By Steven Hyden
In We re No. 1, Steven Hyden examines an album that went to No. 1 on t ebony porn he Billboard charts to get to the heart of what it means to be popular in pop music, and how that concept has changed over the years. In this installment, he covers Boston s Don t Look Back, which went to No. 1 on Oct. 7, 1978, where it stayed for one week.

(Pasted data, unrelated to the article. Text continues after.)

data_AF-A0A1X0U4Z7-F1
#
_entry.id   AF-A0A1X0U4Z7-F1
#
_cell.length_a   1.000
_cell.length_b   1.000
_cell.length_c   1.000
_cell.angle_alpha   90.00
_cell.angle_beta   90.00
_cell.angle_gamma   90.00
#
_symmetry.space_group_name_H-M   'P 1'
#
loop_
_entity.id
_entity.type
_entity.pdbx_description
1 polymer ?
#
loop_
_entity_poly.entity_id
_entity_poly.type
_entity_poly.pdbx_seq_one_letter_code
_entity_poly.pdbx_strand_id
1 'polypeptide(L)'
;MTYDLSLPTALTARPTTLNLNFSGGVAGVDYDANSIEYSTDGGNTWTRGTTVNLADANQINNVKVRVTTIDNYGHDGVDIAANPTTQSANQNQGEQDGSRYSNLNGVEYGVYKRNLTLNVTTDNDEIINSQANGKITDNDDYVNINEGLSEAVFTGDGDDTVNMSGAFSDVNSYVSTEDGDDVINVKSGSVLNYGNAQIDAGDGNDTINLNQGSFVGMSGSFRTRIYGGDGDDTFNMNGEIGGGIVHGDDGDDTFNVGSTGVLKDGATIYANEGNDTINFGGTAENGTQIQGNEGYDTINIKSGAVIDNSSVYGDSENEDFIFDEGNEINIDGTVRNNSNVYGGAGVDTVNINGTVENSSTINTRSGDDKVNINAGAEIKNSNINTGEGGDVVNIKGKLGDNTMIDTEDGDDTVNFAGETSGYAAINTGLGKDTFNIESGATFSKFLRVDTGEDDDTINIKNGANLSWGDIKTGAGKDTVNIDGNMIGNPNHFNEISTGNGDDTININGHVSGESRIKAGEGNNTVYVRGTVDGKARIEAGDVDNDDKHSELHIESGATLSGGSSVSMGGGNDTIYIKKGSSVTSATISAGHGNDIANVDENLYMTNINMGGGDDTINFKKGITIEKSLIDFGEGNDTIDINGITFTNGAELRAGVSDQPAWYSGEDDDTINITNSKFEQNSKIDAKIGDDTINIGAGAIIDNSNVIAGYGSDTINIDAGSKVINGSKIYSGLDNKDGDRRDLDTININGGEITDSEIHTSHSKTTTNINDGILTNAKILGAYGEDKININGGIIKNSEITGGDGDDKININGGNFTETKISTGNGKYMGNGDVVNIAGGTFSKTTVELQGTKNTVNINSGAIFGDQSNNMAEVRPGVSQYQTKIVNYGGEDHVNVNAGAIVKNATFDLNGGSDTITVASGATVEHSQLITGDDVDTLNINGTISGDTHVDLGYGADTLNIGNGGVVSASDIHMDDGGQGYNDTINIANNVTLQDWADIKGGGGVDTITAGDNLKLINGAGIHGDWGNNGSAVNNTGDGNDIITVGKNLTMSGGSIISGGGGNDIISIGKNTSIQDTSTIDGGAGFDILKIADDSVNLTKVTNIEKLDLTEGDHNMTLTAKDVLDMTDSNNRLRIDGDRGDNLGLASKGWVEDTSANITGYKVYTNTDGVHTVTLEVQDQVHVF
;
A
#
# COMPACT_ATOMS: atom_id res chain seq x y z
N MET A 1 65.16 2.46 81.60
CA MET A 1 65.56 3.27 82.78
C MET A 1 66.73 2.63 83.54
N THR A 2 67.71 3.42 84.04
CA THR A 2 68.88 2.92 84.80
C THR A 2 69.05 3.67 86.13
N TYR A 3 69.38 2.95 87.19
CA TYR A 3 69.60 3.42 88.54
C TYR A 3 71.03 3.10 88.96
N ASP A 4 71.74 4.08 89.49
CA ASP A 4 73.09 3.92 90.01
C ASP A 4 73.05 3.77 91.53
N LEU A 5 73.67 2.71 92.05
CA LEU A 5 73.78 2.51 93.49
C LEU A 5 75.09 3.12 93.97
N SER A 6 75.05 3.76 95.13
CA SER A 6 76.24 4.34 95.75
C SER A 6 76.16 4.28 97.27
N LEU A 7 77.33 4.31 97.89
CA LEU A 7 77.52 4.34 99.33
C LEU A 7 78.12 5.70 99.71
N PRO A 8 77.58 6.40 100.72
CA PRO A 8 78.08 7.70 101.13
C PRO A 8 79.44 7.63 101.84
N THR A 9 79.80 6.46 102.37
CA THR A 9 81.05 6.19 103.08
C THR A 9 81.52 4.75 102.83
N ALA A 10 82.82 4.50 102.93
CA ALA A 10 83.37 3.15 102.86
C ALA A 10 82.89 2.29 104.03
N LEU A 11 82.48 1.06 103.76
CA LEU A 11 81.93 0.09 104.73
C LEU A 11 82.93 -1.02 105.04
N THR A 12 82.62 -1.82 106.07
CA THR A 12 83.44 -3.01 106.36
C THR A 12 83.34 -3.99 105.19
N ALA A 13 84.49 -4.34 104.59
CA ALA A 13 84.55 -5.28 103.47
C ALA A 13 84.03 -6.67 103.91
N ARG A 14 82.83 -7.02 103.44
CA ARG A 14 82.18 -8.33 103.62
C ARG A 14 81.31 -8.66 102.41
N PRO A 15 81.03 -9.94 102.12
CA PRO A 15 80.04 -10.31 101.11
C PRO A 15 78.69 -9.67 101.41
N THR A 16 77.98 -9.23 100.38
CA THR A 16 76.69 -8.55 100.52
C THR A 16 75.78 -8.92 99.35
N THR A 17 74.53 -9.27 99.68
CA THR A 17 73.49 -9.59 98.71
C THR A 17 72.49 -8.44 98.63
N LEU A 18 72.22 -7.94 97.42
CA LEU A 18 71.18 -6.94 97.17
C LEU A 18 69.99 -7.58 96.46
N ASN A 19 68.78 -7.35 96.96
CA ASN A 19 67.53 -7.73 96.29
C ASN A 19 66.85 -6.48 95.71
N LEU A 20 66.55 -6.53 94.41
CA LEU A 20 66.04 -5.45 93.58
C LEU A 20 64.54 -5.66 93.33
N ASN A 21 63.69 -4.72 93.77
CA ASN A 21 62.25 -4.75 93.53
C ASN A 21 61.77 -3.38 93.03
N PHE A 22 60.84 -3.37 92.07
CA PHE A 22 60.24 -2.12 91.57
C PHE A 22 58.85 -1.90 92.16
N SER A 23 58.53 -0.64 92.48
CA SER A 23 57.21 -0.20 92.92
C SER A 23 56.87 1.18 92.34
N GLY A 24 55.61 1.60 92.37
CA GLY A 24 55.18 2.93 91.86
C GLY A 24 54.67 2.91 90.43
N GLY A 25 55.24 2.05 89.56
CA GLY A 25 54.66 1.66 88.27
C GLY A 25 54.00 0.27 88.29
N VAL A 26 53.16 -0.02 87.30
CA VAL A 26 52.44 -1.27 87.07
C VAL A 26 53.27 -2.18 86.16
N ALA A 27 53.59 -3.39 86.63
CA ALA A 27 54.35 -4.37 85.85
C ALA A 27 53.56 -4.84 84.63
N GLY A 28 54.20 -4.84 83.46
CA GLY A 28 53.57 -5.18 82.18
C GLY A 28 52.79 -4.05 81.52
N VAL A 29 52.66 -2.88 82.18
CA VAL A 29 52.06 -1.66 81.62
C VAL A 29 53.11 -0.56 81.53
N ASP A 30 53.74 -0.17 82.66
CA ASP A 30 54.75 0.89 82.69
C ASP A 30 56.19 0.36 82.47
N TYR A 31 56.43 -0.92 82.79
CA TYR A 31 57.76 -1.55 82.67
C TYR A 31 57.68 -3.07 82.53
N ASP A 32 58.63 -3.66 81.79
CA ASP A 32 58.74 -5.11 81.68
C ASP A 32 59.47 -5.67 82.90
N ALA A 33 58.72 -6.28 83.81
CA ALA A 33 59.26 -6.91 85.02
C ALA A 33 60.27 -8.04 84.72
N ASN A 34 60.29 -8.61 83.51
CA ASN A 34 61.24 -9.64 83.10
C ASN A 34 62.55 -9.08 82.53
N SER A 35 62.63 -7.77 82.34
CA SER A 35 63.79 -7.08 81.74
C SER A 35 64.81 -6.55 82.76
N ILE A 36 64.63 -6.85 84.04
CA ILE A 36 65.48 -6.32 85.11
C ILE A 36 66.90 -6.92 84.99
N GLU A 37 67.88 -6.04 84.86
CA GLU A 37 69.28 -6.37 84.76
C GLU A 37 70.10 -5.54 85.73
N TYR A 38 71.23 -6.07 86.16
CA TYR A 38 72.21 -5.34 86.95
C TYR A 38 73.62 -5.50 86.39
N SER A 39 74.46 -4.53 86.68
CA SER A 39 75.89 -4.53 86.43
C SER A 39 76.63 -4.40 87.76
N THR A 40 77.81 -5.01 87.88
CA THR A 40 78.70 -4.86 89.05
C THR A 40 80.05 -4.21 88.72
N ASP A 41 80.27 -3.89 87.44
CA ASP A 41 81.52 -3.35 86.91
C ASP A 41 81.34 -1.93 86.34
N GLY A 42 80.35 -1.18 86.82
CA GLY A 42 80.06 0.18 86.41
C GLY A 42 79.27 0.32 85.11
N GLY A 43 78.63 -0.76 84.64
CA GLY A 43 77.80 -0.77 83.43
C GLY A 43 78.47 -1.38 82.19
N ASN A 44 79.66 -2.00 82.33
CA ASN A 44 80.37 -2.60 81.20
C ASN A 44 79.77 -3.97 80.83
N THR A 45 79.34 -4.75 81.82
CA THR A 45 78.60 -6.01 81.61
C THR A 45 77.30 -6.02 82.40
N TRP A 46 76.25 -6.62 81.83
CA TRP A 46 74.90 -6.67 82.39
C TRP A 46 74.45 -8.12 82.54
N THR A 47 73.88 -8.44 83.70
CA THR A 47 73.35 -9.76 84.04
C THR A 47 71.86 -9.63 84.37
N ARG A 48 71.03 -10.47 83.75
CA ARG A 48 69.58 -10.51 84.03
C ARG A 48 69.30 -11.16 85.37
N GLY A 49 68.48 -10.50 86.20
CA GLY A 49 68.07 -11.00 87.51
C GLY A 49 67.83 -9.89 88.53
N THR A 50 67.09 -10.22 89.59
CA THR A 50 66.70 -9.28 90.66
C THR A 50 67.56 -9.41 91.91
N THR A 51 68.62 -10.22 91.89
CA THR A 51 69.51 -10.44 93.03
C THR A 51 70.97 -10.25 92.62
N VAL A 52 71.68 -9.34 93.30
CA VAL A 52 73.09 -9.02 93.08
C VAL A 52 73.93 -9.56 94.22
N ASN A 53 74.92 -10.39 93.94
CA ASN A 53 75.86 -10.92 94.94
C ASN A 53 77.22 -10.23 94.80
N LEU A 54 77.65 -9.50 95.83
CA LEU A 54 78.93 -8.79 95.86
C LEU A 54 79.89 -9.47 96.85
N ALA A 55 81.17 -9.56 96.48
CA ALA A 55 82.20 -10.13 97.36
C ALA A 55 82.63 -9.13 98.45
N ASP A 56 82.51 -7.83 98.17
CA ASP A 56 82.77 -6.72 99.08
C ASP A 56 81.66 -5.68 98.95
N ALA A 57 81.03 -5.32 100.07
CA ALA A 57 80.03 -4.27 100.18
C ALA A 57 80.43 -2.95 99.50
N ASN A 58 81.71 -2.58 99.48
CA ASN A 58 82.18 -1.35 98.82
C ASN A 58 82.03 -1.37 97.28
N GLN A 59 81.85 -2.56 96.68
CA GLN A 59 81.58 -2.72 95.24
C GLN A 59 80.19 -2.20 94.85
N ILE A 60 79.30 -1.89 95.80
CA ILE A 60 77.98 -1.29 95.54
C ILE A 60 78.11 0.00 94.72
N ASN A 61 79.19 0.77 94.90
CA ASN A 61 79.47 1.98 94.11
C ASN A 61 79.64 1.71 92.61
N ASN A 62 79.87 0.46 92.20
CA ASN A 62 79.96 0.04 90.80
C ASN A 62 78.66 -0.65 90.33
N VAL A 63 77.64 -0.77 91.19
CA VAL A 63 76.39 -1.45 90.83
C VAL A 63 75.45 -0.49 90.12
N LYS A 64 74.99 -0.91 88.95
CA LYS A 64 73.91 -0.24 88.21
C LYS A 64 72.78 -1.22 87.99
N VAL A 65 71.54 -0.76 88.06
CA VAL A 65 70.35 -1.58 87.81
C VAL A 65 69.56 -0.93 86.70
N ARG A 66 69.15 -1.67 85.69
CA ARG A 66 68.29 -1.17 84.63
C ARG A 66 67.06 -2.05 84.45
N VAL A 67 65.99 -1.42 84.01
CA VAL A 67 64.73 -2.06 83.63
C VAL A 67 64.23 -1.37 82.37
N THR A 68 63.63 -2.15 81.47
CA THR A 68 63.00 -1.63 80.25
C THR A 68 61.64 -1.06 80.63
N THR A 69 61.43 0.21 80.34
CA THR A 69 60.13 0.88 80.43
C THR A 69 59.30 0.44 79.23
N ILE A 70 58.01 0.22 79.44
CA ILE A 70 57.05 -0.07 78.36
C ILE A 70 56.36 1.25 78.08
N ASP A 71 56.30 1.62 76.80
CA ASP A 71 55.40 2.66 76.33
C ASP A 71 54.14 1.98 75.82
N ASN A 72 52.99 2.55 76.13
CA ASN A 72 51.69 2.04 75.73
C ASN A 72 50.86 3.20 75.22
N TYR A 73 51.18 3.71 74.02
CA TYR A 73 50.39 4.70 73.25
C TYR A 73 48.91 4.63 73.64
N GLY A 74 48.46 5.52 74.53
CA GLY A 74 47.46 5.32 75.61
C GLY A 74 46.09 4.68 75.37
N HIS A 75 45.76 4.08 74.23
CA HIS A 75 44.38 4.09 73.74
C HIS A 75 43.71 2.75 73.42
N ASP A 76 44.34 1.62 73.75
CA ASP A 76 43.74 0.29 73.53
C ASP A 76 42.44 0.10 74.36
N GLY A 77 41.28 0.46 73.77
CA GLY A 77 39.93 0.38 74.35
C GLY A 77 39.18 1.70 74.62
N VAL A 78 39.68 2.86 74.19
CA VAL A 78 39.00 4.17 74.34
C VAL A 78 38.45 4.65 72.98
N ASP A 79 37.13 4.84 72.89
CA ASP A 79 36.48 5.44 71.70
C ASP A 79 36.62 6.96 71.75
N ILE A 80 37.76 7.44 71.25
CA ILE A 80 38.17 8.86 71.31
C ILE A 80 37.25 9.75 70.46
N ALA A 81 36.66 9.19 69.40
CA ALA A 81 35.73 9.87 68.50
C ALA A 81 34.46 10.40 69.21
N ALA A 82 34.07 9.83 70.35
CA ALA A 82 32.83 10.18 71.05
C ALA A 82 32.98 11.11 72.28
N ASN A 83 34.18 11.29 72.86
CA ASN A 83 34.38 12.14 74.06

If Scholz were a run-of-the-mill rock star, this could be chalked up as mere mystique-building. But Scholz was no run-of-the-mill rock star or a rock star at all, really. A graduate of MIT with a master s degree in mechanical engineering, Scholz approached the recording of Boston as one might a science project, slaving away on meticulously recorded demos in his basement studio as a diversion while he worked a day job at Polaroid. Boston the band was just a concept in the early 70s; even after Scholz s recordings attracted the attention of Epic Records and the label insisted on setting up his bandmates in a professional Los Angeles studio, the guitarist instead completed work on the album at home. In essence, he agreed to let the rest of Boston diddle away time on the label s dime in order to distract Epic from the real work he was doing on the opposite coast. But even under these conditions, Scholz would never quite create the version of that first Boston record that he heard in his head. He actually hated the album at first, though a few years later in Rolling Stone he reluctantly rated it pretty good. Certainly wouldn t give it a great, though.